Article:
They eventually purchased a house in River Street (now Oak Street) in Woolston.  This street was originally known as Wharf Street because it had a wharf at the end of it, one of the many along this stretch of the river.

It must have been a great relief to the family to at last have somewhere to settle down permanently. Though it was only a small house, it was solid and still stands at the time of writing as the only house now left in that street.

There was at this time only one bridge over the Heathcote River, the swing bridge at Ferrymead opened in 1864. Because of the high toll charges demanded to use this bridge, compared to the cheaper rail fares, most people used the train or the ferryboat upstream from the swing bridge. Originally there was a small steam train from Christchurch but it only went as far as Ferrymead until the tunnel was opened in 1867. Many chose to use the railway to get to and from Christchurch and the intermediate stations, which meant that no longer did the settlers have to travel over the Bridal Path.

Christchurchwas still very much a pioneer city in 1873, with transport mainly horse drawn over poor rutted roads, and river boats on unbridged rivers only crossed by a ford or a ferry in the case of the deeper or larger rivers. The Evans Pass Sumner to Lyttelton road was only suitable for drays, but by1880 Ferry Roadhad graduated from a dray road to a proper road. In 1873 goods were still being transported up the Heathcote River by all sorts of craft. It was not uncommon to see at least 20 ships in the river at any one time.

The Ferrymead bridge keeper had to operate the bridge for each of the boats entering and leaving the river, collect the bridge opening fee, and the tolls for using the road bridge. He complained in 1880 to the council that he was spending the majority of his time working the bridge and had little time for anything else and asked for a rise in his pay.

Nearby this bridge there was a boat building yard owned by one of theDixonbrothers and a small shop operated by his wife, my relations on my mother’s side.

The two main wharves used were the Christchurch Quay, also known as Montgomery’s Wharf which was upstream from the present Radley Bridge, and the Heathcote Wharf or the Steam Wharf as it later became known as because it had a steam crane. This wharf was situated where the present Tunnel Road meets Ferry Road.  There were at least 20 other wharves between the present Radley Bridge and Ferrymead owned or operated either by a company or a private individual. The two at the end of Oak Street were known as Laurie and Milton’s and the Union.  

The main cargoes shipped into the river were timber from Thacker’s Mill at Okains Bay, Lime from the Amuri Bluff for the tanneries, coal from the West Coast for Holmes’s brick works and general goods fromWellingtonand Nelson.  Goods were often brought here by barge or small schooners from larger coastal ships docked in the Port of Kaiapoi, as it was quicker than crossing the Waimakariri Riverand travelling across poor roads and low land to Christchurch by horse and cart.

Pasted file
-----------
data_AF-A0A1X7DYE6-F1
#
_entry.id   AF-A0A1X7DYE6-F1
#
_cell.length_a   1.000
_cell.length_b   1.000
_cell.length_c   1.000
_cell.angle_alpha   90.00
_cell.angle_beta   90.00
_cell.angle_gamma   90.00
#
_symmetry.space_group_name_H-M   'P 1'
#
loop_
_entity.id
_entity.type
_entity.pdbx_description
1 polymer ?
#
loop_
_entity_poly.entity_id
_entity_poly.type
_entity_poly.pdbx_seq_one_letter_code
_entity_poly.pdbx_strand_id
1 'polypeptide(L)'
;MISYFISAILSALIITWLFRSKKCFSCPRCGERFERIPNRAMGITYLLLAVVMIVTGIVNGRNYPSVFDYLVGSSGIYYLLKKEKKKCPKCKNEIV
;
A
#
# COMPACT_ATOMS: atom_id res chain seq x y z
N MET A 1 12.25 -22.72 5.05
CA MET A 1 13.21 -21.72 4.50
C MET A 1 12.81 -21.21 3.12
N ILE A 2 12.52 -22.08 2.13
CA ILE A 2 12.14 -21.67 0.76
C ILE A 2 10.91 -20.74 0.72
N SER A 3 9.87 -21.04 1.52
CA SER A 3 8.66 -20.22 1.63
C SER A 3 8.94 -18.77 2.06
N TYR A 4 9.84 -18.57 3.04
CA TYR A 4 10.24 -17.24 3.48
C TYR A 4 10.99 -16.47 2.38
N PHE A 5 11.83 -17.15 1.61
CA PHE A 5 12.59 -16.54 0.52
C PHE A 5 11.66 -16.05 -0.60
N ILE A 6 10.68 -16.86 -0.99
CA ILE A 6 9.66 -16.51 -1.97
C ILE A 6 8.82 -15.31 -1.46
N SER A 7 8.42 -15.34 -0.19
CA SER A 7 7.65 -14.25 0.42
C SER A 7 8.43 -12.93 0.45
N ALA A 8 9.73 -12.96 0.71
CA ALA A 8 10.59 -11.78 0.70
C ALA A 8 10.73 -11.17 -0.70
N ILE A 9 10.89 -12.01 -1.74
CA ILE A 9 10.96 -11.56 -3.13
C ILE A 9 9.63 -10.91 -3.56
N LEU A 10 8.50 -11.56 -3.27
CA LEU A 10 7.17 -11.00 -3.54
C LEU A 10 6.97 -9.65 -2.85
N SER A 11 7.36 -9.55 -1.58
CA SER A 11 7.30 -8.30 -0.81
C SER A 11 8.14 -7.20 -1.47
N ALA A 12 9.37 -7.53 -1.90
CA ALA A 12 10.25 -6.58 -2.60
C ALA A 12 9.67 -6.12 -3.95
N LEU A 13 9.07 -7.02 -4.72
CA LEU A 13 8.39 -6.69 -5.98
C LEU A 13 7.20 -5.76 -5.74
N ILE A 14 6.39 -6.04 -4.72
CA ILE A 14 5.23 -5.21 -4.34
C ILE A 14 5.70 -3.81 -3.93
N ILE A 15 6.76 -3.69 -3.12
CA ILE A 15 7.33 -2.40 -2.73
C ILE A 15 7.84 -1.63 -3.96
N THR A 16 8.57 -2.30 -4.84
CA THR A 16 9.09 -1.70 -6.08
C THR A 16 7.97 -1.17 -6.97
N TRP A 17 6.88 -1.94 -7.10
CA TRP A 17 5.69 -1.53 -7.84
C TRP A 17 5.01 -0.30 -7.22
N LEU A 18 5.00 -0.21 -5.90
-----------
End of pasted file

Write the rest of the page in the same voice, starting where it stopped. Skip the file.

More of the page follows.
Both the Radley Street and the Garland Street Bridges were finally built in 1881 with a Mrs. Peel paying for most of the Radley Street Bridge. Mrs. Peel owned a large property beside this bridge and a teenage Edward (Ted) - my grandfather - became her full time gardener for several years.

Joseph Hopkins donated a large sum of money towards the construction of the Garlands Road Bridge. He did however have a proviso in that the name of the district be changed from Lower Heathcote to Woolston, his home town in England. The council agreed to his wish probably because they were short of money, and the borough called Woolston was born. He also has a street named after him in Woolston, Hopkins Street.

By the beginning of the 1880s Christchurch was no longer the pioneer town that you might think. Trout had been released in the Avon River, and the railway now went as far as Timaru in the South and Kaiapoi in the north. The road to the West Coast was open, with coaches operating daily. The early part of the cathedral had been built and already the top of the spire had fallen off as the result of an earthquake. England had beaten Canterbury at cricket, probably much to Edmund’s delight. It is not known if he attended the match.

There had also been a major inter-provincial art exhibition, and the Duke of Edinburgh had visited Christchurch. The city was on the move.

The Taylor family quickly settled into what was fast developing as working class suburb. They added a further six children to their family, Albert 1874, Edmund Jnr. 1876, Edward (Ted) 1878, Elizabeth 1880, Arthur 1883 and Leonard 1885. Albert, Edmund and Arthur were born in Woolston and the rest in Bromley. A total of nine children were born and raised by Edmund and Elizabeth over a period of twenty years, a handful in those times.  All the children attended either the Woolston or Bromley schools.  

Different members of the extended family occupied several properties in and around Woolston at different times owning houses in Regent Street (now Ferry Road), Heathcote Street, River Road, (now Oak Street) and Sumner Street (now part of Heathcote Street.)